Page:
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It's taken me a little while to get through this though that's down to life and children rather than any problem with the book which I enjoyed more for the leisurely read.
If you didn't know Tobias Buckell was Caribbean born and raised, you could probably guess by the time you finished reading Tides From the New Worlds, a collection of his short stories. Influences from his life spent growing up in a different culture are clearly evident in many of the tales here and they are all the better for it. This is not the heavy-handed insertion of token 'ethnic' characters that often seems to happen in fiction, or the use of 'generic low tech culture' as a tool to show how much more advanced and therefore civilised the other cultures in a story are. This is speculative fiction written with very real feeling characters and places which just happen not to be white people living in America or America-in-space.
Not all the stories here are science fiction, if labelling is required then this would definitely sit under a speculative one but there's a real mix with alien contact stories and space habitats sitting alongside airships (gotta love airships), fantasy and what I guess people like to call magical realism though I've always thought that's just what we used to call fantasy before the Orcs took it over. Likewise not all the stories have that Caribbean flavour but for me some of the best stories are those that combine both science fiction and that clash of cultures like the quite brilliant opener The Fish Merchant.
The standard of fiction definitely doesn't rely on those elements though with my favourite story being A Green Thumb, one that reminds me of the sort of stories that got me into science fiction, it has that light hearted sense of wonder I associate with stories from the science fiction magazines I devoured whenever I could get my hands on them. It might not be considered the best story here but it puts a big grin on my face. For very different reasons I loved the moving All Her Children Fought which brings to mind Ender's Game, though it's brevity means it packs more of an emotional punch in my opinion. There's also an interesting little introduction to each story so you can get a feel for the things that inspired or influenced each of them.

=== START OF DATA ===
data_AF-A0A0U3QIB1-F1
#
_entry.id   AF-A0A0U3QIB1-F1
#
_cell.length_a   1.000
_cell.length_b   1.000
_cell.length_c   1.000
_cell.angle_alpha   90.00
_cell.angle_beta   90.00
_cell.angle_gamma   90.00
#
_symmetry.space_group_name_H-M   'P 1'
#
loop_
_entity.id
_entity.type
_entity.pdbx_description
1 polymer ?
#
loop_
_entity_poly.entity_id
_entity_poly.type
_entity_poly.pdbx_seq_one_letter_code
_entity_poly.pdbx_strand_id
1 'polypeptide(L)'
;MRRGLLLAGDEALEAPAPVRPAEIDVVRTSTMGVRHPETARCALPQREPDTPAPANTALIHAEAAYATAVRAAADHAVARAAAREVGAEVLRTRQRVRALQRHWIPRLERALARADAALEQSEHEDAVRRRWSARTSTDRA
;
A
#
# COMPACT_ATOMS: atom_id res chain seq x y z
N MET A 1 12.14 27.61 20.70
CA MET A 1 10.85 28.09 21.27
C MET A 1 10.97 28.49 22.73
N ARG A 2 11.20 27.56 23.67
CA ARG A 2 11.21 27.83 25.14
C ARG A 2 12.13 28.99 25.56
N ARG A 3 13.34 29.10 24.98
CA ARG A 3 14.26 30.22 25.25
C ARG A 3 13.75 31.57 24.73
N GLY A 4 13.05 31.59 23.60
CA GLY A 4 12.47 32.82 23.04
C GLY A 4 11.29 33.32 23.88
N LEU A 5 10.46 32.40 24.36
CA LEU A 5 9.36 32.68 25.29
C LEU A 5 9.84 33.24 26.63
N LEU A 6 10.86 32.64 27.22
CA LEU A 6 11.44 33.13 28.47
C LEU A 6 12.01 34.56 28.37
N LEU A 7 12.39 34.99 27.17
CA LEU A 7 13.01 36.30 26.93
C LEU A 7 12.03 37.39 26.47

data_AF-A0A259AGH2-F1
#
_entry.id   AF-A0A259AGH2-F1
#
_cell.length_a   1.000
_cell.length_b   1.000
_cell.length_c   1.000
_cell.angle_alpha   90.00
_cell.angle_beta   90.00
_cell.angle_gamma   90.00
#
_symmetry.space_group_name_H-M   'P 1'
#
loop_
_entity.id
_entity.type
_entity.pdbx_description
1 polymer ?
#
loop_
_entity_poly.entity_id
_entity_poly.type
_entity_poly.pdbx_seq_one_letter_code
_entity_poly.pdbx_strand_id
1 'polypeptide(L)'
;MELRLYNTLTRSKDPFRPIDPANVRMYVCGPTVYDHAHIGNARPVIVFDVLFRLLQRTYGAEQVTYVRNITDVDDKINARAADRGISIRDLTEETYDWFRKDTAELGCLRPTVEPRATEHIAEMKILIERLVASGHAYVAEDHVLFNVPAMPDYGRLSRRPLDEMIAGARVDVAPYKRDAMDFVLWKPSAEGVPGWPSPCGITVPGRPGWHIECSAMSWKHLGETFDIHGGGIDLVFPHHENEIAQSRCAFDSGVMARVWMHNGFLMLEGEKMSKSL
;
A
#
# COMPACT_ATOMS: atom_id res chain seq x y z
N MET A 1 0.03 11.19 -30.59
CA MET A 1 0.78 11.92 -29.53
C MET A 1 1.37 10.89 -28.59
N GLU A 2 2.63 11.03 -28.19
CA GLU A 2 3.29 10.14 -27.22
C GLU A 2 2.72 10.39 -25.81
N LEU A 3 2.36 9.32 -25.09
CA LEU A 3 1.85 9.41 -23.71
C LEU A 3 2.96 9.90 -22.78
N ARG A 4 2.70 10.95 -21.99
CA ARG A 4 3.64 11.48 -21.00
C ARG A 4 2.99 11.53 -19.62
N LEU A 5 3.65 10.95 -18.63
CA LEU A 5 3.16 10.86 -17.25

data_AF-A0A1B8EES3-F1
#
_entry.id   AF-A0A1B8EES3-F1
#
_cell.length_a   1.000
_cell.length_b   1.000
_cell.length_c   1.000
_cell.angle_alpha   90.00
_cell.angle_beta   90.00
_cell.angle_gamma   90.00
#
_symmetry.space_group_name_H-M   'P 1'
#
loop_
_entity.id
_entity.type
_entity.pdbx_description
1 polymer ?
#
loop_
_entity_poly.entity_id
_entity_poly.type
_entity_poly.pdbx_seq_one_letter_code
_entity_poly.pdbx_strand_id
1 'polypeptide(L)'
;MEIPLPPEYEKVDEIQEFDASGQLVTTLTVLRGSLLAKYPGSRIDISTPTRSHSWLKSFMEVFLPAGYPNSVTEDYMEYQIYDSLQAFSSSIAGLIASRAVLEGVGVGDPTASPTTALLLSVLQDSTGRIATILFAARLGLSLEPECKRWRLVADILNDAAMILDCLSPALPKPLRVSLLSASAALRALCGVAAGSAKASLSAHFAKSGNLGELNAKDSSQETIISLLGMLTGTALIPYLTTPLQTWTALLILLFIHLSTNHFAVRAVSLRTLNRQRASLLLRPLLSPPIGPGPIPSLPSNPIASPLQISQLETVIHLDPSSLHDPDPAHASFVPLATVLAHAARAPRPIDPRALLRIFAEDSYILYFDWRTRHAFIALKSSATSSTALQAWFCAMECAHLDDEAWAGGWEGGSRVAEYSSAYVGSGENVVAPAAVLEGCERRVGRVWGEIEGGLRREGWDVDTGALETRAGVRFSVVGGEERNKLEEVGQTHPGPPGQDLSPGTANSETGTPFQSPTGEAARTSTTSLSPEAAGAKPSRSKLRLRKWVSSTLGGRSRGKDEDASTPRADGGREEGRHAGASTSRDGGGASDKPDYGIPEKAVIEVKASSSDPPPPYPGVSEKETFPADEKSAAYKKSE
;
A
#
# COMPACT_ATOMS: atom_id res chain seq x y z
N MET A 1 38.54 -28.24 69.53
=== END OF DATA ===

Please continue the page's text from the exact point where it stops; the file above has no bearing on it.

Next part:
Coming from a mixed background myself, I'm drawn to science fiction written with and from different cultural views. I have grown up British though I clearly don't look it, yet I don't know much of my roots abroad apart from what my father has told me so I'm always interested and slightly envious of people who have a clear understanding of where they come from. Tobias obviously has a real understanding and sense of pride in his Caribbean roots, I've read a couple of interviews and blog posts where this is obvious and it shines through in the last story in the collection Toy Planes which reads like Caribbean advocacy, it's brilliant.
I didn't like everything, The Duel whilst an interesting setting didn't grab me maybe because I know little of American history, likewise Smooth Talking didn't seem to hold my attention. The ones I liked far outweigh the odd few that didn't appeal to me though and all in all Tides From the New Worlds is the best single author collection I've read in a long time. I'd love to own that beautiful looking hardback but at this price the ebook is a steal, it's cheaper than most of the fiction magazines you can buy and way better value for money given the number of stories and overall quality.
I really, really have to hunt out his novels now, knowing that they include that seemingly effortless mix of different cultures and science fiction...and I'm pretty sure someone mentioned there were more airships. :)